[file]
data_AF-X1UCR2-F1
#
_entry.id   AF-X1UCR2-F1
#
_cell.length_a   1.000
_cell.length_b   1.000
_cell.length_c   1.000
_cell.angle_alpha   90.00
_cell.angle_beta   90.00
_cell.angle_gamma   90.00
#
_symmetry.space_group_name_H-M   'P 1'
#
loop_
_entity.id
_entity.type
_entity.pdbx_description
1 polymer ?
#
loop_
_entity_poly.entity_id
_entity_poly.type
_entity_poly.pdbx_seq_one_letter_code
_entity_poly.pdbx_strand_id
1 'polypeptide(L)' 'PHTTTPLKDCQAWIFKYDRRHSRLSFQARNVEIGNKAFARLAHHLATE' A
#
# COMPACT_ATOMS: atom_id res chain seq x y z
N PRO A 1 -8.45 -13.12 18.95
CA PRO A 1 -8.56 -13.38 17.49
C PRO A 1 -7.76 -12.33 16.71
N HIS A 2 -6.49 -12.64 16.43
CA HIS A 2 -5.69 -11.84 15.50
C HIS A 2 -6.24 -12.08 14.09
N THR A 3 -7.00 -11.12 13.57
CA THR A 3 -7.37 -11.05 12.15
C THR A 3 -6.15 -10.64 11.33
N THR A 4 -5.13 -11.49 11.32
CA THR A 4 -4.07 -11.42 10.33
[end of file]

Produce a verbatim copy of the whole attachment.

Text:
data_AF-X1UCR2-F1
#
_entry.id   AF-X1UCR2-F1
#
_cell.length_a   1.000
_cell.length_b   1.000
_cell.length_c   1.000
_cell.angle_alpha   90.00
_cell.angle_beta   90.00
_cell.angle_gamma   90.00
#
_symmetry.space_group_name_H-M   'P 1'
#
loop_
_entity.id
_entity.type
_entity.pdbx_description
1 polymer ?
#
loop_
_entity_poly.entity_id
_entity_poly.type
_entity_poly.pdbx_seq_one_letter_code
_entity_poly.pdbx_strand_id
1 'polypeptide(L)' 'PHTTTPLKDCQAWIFKYDRRHSRLSFQARNVEIGNKAFARLAHHLATE' A
#
# COMPACT_ATOMS: atom_id res chain seq x y z
N PRO A 1 -8.45 -13.12 18.95
CA PRO A 1 -8.56 -13.38 17.49
C PRO A 1 -7.76 -12.33 16.71
N HIS A 2 -6.49 -12.64 16.43
CA HIS A 2 -5.69 -11.84 15.50
C HIS A 2 -6.24 -12.08 14.09
N THR A 3 -7.00 -11.12 13.57
CA THR A 3 -7.37 -11.05 12.15
C THR A 3 -6.15 -10.64 11.33
N THR A 4 -5.13 -11.49 11.32
CA THR A 4 -4.07 -11.42 10.33